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A Nation In Mourning: How We Cope

Mourners gather for a candlelight vigil outside the Edmond Town Hall, Saturday, Dec. 15, 2012, in Newtown, Conn. A gunman walked into Sandy Hook Elementary School in Newtown Friday and opened fire, killing 26 people, including 20 children.
AP Photo/David Goldman
Mourners gather for a candlelight vigil outside the Edmond Town Hall, Saturday, Dec. 15, 2012, in Newtown, Conn. A gunman walked into Sandy Hook Elementary School in Newtown Friday and opened fire, killing 26 people, including 20 children.

Many of us following the news out of Newtown, Conn., do not have a personal relationship with those murdered Friday. Some of us may not have children whom we need to guide as they see images from the scene.

Yet even without these connections, many people are looking for ways to process their grief and mourn the victims.

"Everybody is just rocked by this disaster," Pastor Eugene Peterson tells weekends on All Things Considered host Guy Raz. "The depth of relationship that's in our nation comes to the surface at times like this, which I'm glad for. It doesn't mitigate the suffering, the mourning, the loss, but it does give witness."

Peterson, a retired Presbyterian minister and author of The Message: The Bible in Contemporary Language, says some of the best advice he could offer pastors currently preparing for Sunday services has nothing to do with words.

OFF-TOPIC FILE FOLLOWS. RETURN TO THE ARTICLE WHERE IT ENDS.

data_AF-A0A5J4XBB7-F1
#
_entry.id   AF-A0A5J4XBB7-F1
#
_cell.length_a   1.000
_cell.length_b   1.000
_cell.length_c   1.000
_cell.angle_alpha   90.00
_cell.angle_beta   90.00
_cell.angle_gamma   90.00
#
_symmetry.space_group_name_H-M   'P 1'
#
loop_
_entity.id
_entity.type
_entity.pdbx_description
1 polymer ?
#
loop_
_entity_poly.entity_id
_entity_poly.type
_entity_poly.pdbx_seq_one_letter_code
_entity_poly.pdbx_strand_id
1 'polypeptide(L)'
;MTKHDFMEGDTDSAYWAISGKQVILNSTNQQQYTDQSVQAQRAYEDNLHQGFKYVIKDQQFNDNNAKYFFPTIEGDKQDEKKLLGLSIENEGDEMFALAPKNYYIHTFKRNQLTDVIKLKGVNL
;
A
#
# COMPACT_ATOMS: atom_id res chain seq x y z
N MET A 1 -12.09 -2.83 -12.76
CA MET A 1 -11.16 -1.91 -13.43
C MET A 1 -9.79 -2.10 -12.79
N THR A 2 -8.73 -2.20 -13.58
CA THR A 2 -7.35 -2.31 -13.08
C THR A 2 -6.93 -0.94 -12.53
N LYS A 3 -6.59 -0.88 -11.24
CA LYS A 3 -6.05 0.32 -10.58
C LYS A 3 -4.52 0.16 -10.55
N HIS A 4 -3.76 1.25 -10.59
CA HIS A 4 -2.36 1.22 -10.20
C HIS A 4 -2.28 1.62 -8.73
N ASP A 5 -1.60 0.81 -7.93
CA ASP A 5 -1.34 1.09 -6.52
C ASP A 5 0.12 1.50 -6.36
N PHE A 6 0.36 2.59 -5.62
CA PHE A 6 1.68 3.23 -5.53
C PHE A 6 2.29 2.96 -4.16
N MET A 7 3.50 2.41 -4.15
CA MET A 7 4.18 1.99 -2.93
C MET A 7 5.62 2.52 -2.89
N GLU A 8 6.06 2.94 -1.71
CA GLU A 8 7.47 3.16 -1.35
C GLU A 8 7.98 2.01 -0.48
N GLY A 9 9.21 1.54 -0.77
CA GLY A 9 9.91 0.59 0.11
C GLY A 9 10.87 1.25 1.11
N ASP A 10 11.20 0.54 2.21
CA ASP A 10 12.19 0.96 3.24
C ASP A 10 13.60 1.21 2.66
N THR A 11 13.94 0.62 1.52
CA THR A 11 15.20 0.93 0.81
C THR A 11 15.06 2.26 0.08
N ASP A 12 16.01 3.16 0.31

"Silence is sometimes the best thing to do — holding a hand, hugging somebody," Peterson says. "I say, 'Don't say anything. Just hold their hand. Hold them. Hug them and just stay around for an hour or so in silence and just be there.' That's what we need at times like this, an affirmation of the sacredness of life."

Even on social media, the need to offer comfort was apparent in Facebook updates, tweets and photos posted in response to the shooting.

"What the world needs now is love, love, love," New York resident Laura Heywood wrote on Facebook.

After following news surrounding the shooting as it unfolded on social media, NPR's Andy Carvin tweeted: "Time to go home and hug my kids. Please do the same with yours. Let's pick up the debates once every[one] has a chance to grieve. RIP #newtown."

Taylor Jones, 23, who hosts the blog Dear Photograph, posted a photo Saturday morning showing a simple marquee in the middle of a grassy lane that reads, "WHAT THIS WORLD NEEDS IS A GROUP HUG"

So far, the photo has been shared more than 1,000 times.

Jones, who primarily posts photographs from the past, set in the present, explained in an email his decision for posting the photo:

"Honestly, I know hugging isn't going to fix the problem. But I know when I go home and see my family during Christmas next week I'll be looking forward to giving my Mom and Dad a hug. So, this is just a small reminder to everyone to make someone feel loved while we're all still here. I feel horrible for the families and the community of Newtown."

Small acts like these help us recover, says Dr. Elaine Ducharme, a clinical psychologist and trauma expert in Glastonbury, Conn.,

In an interview with NPR's Scott Simon on Weekend Edition, Ducharme says "decisive actions" like cooking a family dinner "can help us feel like we're doing something to get us out of that stuck place of just feeling so fragile and vulnerable."

The advice trauma specialists will be offering the children and families directly affected by the shootings can also help the rest of us, Ducharme says.

"One of the things that most often happens after a tragedy is people start reaching out to each other," she says. "Talking to people, talking to parents and friends, that really helps us when feeling alone."

Copyright 2012 National Public Radio. To see more, visit http://www.npr.org/.

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